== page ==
The Complete History Of The Bomber Jacket

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These days, the quintessential bomber jacket is as ubiquitous as a pair of high-top sneakers. From streetwear devotees to the rebellious youth and fashionably-keen city-to-summit dwellers, bombers are now a staple piece of outerwear in the modern wardrobe for both male and female wearers. Things didn’t always use to be so omnipresent, however, as the original bomber jacket — a variant of the iconic flight jacket — was originally reserved for the Armed Forces in both the U.S. and Europe.

For obvious reasons, the crossover of this once military-centric staple is as prevalent as they come. That’s because, at least today, the contemporary bomber jacket fits just about any style preference, keeps the wearer relatively warm in cooler climates, and boasts just enough of that tribute militaristic look and feel to provide wearers with a stylistic edge over their peers. Clearly, we’re fans ourselves but like anything else, knowing what started the trend and what origins dominated the motivations behind the bomber jacket are just as valuable as the sometimes $600+ price tag modern brands are charging for today’s iterations.

First Appearances

Up In The Air

First off, we’ll begin with the basics. As we’re sure you can imagine, flight jackets — and bombers by default — were initially designed as function-first pieces of outerwear. Why? Because when the flight jacket was first introduced during the tumultuous times of WWI, most airplanes did not have an enclosed cockpit. Needless to say, pilots required a piece of clothing to keep them warm while in flight. It was the U.S. Army that began distributing heavy duty leather flight jackets with their recognizable fur-lined wraparound collars, zippered closures, wind flaps, snug cuffs and waist —certainly something worthwhile in an uninsulated aircraft flying at 25,000 ft where air temps could dip as low as -60°F.It was the U.S. Army that began distributing heavy duty leather flight jackets with their recognizable fur-lined wraparound collars, zippered closures, wind flaps, snug cuffs and waist.

Cue the bomber jacket — the now logical conclusion to smaller cockpits, higher altitudes, and the need for both comfort and insulation for both Air Force and Navy personnel. This all manifested itself in the distribution of the B-15 jacket, now arguably the great original ancestor of the modern bomber. Later, in 1949, the B-15 was upgraded to the now well-known MA-1. And as the most renowned and replicated model since, the MA-1 —  for style purposes — is what most people conjure up when they visualize a bomber jacket. It was also here where the standard midnight blue colorway of year’s past transitioned to a more sage/olive green exterior, especially during its presence throughout the Korean and Vietnam Wars for purposes of camouflage with the surrounding environment.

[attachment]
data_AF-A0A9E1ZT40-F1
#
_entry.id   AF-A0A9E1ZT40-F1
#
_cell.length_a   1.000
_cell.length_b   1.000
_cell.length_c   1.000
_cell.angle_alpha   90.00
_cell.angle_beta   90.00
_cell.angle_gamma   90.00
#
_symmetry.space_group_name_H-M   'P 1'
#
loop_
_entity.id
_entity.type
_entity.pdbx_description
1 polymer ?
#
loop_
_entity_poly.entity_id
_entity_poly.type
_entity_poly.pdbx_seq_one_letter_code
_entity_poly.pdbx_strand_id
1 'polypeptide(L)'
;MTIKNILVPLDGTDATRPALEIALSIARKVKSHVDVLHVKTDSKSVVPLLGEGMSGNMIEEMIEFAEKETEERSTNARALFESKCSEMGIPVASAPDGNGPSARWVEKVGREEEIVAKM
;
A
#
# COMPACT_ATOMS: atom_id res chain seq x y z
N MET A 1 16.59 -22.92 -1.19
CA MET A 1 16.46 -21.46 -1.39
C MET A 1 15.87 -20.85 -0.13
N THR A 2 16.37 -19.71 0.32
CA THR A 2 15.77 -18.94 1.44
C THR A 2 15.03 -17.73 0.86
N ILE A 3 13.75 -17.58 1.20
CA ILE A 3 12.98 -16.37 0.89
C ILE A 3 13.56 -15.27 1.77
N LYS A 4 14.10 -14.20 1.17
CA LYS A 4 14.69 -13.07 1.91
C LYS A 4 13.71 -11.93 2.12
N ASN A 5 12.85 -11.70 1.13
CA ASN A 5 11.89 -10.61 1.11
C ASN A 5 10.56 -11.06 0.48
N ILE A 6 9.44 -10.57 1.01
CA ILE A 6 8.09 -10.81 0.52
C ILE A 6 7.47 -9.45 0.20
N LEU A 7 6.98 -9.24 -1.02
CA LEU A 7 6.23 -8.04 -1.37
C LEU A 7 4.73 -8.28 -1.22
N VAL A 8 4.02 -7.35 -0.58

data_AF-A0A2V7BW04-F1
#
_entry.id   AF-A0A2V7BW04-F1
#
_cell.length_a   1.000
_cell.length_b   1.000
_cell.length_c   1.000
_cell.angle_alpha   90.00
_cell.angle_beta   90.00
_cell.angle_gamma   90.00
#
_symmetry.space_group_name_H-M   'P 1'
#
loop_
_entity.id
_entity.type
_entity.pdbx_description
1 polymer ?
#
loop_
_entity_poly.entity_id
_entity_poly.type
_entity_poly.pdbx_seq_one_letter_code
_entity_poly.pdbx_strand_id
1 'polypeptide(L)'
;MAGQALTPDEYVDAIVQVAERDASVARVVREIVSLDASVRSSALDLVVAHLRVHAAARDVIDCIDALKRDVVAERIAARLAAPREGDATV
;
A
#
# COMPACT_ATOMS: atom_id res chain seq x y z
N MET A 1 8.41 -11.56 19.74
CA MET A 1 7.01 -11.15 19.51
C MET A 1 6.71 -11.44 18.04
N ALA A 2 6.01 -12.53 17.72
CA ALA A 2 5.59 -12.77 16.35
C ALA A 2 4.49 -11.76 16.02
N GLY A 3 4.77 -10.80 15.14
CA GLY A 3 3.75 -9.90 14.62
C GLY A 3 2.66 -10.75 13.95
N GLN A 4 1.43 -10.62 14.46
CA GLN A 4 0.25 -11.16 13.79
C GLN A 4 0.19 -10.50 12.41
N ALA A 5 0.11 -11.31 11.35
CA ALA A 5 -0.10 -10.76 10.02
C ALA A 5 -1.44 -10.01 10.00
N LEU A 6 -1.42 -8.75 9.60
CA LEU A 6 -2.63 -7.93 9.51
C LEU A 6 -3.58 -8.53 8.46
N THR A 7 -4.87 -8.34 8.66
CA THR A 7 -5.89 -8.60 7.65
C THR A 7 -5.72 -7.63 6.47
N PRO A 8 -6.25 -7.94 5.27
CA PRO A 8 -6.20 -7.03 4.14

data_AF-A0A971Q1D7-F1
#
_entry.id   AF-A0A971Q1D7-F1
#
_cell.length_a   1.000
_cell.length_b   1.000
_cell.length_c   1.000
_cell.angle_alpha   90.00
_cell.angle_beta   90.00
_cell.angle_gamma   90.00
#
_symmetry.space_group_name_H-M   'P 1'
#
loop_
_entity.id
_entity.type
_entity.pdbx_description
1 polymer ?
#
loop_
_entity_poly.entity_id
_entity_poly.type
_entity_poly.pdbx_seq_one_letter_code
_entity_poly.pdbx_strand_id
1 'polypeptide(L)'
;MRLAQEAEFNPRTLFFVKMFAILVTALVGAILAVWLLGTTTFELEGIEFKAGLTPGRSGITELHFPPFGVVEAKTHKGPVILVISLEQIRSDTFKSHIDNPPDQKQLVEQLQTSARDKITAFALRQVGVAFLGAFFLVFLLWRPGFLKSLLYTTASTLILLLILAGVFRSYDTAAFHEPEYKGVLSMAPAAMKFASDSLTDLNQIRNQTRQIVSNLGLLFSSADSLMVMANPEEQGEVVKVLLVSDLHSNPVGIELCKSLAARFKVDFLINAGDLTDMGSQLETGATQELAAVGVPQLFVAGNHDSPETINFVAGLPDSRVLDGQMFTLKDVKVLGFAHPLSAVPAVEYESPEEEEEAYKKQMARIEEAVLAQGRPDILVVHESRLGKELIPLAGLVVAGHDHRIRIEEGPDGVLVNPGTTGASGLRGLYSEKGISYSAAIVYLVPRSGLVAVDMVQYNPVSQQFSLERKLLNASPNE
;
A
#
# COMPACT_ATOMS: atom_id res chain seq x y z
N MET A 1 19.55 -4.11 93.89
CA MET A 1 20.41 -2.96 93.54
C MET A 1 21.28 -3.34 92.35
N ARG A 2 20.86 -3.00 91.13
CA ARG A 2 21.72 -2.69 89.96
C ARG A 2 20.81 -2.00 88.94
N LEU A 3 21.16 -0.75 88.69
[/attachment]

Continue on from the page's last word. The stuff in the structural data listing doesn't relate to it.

Photo: Original Grain

Function Over Form

Breaking Down The Specs

But what made the bomber so special for our Armed Forces and why does the jacket have such a cult following today? Well for one, it’s all about insulation. As previously stated, the early bomber hosted fur lining for warmth with a wraparound collar as well as cinched cuffs and waists to help keep that warmth in place. Original versions were also constructed from leather as it was the strongest and most heavy-duty material around for jackets. However, as technology advanced and needs changed, fur collars were then replaced with the knitted, elastic collars we’re familiar with today which — at the time — allowed for more room in parachute harnesses. Additionally, it was also at this time when the standard bomber jacket, the MA-1, mind you, began to house a bright orange lining for rescue purposes if needed.

The Original Grain Scout Bomber Watch

A sleek and handsome military-inspired timepiece, the Original Grain Scout Bomber watch boasts a bezel and link accents built from reclaimed ammo wood crates and a strap made from reclaimed military bomber jackets. It’s a subtle yet statemented piece of everyday carry that ticks along thanks to a Japanese Miyota Citizen quartz movement. And it’s also built to last compliments of a Sapphire Crystal glass and 316L jet black stainless steel case.